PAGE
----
- Local governments throughout China have increasingly been using tolls on roads and bridges as a means of supplementing their income.
- Nobody should be surprised by the Government's plans for road tolls, but I, for one, have been shocked by the reaction from some quarters of the fleet industry.
- The goal of this project is to shift discretionary traffic out of the peak period by reducing the existing tolls on two bridges during the shoulder times before and after the morning and evening rush-hour peaks.
- A lot of its advocates propose that Internet telephony avoids the tolls charged generated from traditional telephone service.
- Another complaint is that with conventional long distance toll charges falling, the cost savings are not really significant.
- People want measures to reduce the toll of accidents, deaths and serious injuries that occur with alarming regularity on the A64.
- Last year, West Yorkshire recorded a toll of 102 deaths and serious injuries, the lowest number since records began 35 years ago.
- It is believed some children are still being held - more than 400 have been rescued, but the death and casualty toll varies wildly.
- Even those costs shrivel beside the environmental toll.
- And veterans of all ages continue to die at epidemic rates from suicides and other effects of the mental toll their wartime experiences took.
- At the end of life, pain can exact a terrible toll through its direct effect on the patient and the fear it instills in both the patient and the family members.
verb[with object] (usually as noun tolling) Back to top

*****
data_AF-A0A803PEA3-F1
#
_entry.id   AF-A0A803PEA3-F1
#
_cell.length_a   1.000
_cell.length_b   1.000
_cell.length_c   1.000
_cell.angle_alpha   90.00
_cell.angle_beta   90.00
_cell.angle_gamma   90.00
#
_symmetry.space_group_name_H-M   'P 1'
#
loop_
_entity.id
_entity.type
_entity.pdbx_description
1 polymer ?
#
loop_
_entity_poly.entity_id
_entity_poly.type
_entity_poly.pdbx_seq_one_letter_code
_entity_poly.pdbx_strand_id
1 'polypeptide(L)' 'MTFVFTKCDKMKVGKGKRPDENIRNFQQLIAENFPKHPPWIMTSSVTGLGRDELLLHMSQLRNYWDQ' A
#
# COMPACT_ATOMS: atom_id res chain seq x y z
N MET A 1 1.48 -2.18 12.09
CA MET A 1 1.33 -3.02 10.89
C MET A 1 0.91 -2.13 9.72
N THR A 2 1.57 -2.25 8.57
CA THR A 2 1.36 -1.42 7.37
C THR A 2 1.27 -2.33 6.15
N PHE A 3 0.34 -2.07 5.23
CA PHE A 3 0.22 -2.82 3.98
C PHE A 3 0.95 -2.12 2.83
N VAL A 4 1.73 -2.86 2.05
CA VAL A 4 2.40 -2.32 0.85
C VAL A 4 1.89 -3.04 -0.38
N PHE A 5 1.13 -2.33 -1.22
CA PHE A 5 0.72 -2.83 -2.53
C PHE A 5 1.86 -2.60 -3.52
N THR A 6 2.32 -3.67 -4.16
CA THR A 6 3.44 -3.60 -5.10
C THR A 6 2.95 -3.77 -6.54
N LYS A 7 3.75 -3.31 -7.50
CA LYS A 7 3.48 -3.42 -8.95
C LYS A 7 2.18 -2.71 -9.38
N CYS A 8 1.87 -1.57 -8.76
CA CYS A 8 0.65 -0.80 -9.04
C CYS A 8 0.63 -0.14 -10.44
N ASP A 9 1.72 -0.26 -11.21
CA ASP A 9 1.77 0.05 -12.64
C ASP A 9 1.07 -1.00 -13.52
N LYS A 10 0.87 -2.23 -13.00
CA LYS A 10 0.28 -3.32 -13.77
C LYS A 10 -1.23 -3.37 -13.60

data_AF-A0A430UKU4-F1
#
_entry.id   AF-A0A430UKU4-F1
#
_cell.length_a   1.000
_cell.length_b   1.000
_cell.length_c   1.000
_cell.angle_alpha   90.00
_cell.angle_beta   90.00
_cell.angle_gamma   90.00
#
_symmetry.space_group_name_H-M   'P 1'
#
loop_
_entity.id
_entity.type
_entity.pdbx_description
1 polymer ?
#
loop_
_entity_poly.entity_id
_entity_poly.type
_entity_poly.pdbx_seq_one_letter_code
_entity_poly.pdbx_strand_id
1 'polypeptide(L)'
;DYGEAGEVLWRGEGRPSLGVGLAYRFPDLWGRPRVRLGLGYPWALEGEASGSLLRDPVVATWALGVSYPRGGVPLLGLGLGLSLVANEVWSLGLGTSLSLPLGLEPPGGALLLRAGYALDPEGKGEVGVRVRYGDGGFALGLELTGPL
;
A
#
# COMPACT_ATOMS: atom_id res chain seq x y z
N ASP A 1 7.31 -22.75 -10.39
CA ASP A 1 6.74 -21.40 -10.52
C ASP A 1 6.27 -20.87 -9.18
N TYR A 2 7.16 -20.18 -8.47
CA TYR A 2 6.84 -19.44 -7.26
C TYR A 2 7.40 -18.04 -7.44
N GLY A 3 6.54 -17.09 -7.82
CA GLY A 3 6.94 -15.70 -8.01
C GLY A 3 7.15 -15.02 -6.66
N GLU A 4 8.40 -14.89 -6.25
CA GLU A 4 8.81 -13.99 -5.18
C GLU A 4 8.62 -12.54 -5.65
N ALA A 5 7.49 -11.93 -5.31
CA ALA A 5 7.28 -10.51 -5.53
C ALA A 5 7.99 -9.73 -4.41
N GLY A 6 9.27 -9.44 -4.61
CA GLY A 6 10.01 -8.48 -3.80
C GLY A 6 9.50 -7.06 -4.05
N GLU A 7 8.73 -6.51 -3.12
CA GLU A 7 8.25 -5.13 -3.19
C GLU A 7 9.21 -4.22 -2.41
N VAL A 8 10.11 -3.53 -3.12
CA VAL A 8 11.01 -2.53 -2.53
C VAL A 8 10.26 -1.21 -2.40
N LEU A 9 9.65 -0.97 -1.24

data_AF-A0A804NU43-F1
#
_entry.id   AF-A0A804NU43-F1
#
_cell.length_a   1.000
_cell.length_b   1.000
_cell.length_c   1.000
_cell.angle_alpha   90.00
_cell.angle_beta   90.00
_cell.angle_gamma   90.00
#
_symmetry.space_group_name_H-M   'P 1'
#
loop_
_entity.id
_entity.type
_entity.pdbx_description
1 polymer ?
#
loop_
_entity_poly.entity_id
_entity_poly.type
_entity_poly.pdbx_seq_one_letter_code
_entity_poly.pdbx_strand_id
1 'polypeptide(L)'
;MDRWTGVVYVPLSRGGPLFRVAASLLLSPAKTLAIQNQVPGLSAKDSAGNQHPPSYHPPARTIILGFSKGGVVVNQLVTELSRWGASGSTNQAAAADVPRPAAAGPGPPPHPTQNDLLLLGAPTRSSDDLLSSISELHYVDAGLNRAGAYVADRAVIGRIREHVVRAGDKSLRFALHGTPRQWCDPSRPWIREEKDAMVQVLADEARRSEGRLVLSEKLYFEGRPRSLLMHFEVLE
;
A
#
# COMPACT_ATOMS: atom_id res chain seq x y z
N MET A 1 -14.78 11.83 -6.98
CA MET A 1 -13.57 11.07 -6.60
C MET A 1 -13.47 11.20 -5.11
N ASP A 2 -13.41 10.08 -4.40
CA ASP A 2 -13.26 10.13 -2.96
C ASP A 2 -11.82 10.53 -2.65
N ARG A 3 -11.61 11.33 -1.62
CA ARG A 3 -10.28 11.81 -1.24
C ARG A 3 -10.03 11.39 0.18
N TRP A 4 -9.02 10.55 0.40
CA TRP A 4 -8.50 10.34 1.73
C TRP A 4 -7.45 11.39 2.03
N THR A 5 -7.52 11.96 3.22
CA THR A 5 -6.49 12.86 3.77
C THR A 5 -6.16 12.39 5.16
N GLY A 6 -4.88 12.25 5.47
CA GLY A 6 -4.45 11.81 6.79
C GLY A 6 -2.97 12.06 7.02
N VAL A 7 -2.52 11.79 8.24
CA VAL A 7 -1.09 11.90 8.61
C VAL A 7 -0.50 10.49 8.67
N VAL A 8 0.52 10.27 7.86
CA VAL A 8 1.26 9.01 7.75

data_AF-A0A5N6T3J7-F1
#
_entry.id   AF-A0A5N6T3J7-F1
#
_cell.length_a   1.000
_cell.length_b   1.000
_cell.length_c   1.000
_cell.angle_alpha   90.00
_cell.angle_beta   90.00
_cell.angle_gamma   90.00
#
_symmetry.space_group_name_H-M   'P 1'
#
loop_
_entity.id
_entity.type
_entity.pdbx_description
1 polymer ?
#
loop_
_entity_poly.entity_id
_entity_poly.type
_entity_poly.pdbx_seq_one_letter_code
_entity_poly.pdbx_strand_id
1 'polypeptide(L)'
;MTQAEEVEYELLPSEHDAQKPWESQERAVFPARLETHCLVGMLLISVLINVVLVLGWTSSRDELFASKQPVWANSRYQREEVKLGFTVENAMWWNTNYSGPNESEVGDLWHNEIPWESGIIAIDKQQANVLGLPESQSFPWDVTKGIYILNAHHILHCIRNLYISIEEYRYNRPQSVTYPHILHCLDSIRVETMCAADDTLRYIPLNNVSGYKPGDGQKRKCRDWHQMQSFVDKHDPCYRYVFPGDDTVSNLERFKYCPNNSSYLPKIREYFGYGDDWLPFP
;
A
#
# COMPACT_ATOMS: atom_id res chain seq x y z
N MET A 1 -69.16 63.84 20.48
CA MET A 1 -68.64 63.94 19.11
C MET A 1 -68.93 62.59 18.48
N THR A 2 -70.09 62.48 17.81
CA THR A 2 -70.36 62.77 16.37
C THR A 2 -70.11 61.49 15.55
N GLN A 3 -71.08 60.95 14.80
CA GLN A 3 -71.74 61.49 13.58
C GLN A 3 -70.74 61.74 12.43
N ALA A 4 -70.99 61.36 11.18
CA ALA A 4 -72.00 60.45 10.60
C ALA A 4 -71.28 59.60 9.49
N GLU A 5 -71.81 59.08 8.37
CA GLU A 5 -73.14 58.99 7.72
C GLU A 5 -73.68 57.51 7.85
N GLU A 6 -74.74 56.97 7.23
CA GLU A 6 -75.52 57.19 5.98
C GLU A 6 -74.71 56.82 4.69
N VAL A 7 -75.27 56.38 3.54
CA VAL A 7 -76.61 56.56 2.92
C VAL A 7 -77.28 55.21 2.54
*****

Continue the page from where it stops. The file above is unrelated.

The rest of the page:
- They are also relaxed about the prospect of tolling the new road.
- He also concurred with the association's view that tolling the second bridge would result in up to 30% of road users avoiding the bridge so as not to pay the charge.
- A spokesperson said that no decision had been taken on tolling the new bypass.
Old English (denoting a charge, tax, or duty), from medieval Latin toloneum, alteration of late Latin teloneum, from Greek telōnion 'tollhouse', from telos 'tax'. sense 2 of the noun (late 19th century) arose from the notion of paying a toll or tribute in human lives (to an adversary or to death).
take its toll (or take a heavy toll)
- Have an adverse effect, especially so as to cause damage, suffering, or death: years of pumping iron have taken their toll on his bodyMore example sentences
- Stress took its toll and the weight began to drop off.
- As the two ten minute periods of extra time began it was obvious that the heavy ground was taking its toll on both teams.
- As he gets closer, his burden gets heavier and takes its toll on both his mind and body.
- Today the bell will toll for the last time at Chippenham Livestock Market when the final beast goes up for sale.
- Presently, the Church bell began to toll, signalling that the nightly curfew was about to begin.
- He quickly seated himself as a bell tolled, signaling the start of class.
- Livra's words had set a bell tolling the death knell in the king's head.
- Finally just as fashion had contributed to the rise of hairwork, so did it toll its death knell.
- The rising share of foreign businesses in China's delivery market could toll the demise of less prepared domestic carriers
noun[in singular] Back to top
- Even after he had heard the toll of the bell ring, it took him another full minute to safely retrieve his finger.
- An album of cinema-flavoured music, it opens with a single, western-style bell toll.
- It was a beautiful sound, almost like the echo of a bell toll.
late Middle English: probably a special use of dialect toll 'drag, pull'.